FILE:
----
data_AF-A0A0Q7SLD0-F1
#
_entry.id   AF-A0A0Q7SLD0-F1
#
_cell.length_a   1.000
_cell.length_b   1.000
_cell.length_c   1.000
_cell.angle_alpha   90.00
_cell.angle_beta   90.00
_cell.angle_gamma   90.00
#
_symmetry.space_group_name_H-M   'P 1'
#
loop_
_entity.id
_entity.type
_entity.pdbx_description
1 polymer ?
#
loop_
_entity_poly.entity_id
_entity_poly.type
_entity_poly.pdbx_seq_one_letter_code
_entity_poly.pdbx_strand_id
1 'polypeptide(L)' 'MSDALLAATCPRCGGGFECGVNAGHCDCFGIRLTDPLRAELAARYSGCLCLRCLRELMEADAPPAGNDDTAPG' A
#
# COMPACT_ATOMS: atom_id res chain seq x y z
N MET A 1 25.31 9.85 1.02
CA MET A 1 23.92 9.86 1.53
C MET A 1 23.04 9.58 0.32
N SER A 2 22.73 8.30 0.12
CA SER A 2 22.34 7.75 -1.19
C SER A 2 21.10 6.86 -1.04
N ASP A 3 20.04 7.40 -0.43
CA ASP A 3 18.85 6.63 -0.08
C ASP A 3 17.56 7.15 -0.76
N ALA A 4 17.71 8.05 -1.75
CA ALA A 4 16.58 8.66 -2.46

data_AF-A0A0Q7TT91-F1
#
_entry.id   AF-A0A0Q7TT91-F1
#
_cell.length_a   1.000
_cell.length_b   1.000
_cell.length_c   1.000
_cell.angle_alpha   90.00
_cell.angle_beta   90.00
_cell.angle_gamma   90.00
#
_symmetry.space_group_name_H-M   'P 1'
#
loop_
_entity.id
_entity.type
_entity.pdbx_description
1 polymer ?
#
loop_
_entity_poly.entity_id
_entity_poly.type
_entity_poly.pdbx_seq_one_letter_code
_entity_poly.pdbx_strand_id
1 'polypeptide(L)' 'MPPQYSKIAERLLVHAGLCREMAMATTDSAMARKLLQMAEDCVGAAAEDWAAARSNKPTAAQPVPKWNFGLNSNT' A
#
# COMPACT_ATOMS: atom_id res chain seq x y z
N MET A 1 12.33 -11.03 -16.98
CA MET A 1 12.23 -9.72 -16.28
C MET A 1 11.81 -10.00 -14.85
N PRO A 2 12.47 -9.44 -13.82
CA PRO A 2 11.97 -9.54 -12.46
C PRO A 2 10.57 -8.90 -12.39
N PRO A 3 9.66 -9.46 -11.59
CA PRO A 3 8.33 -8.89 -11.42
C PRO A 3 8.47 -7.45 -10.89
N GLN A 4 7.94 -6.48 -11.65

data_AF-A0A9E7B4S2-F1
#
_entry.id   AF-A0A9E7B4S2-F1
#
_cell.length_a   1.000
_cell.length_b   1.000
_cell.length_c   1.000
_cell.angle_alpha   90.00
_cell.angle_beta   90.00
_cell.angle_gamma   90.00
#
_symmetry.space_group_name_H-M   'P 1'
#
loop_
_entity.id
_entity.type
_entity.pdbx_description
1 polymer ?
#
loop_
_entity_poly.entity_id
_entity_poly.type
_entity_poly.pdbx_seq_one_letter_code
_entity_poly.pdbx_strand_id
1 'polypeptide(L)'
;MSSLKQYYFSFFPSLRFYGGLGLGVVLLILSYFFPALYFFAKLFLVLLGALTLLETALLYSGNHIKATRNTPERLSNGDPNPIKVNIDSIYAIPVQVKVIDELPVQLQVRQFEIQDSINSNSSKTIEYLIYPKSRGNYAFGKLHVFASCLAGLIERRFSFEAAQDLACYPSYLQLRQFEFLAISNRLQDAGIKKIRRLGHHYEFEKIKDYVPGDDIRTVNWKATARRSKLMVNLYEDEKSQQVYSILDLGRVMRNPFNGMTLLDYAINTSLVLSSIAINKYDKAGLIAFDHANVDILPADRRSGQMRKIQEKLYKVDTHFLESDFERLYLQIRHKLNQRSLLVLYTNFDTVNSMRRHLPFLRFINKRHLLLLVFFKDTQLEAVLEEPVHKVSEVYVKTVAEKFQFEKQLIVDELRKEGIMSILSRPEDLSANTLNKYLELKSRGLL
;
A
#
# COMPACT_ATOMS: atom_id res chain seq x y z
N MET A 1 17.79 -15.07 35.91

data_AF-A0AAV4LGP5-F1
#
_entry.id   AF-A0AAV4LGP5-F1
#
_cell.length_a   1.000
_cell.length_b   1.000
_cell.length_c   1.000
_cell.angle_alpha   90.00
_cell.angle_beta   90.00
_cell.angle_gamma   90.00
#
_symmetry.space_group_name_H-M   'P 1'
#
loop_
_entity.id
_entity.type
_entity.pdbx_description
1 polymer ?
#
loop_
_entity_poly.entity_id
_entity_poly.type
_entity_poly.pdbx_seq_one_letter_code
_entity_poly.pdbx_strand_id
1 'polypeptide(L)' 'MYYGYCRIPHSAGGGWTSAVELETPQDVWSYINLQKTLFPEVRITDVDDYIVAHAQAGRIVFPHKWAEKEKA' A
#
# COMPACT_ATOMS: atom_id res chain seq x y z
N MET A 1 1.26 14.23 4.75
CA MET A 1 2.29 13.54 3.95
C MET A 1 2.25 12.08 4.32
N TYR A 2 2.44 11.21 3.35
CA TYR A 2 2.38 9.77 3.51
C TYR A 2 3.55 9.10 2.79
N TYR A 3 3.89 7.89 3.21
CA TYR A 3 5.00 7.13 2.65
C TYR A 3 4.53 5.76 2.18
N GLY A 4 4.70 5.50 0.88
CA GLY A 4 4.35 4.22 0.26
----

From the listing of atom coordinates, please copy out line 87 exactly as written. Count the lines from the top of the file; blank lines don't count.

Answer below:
_symmetry.space_group_name_H-M   'P 1'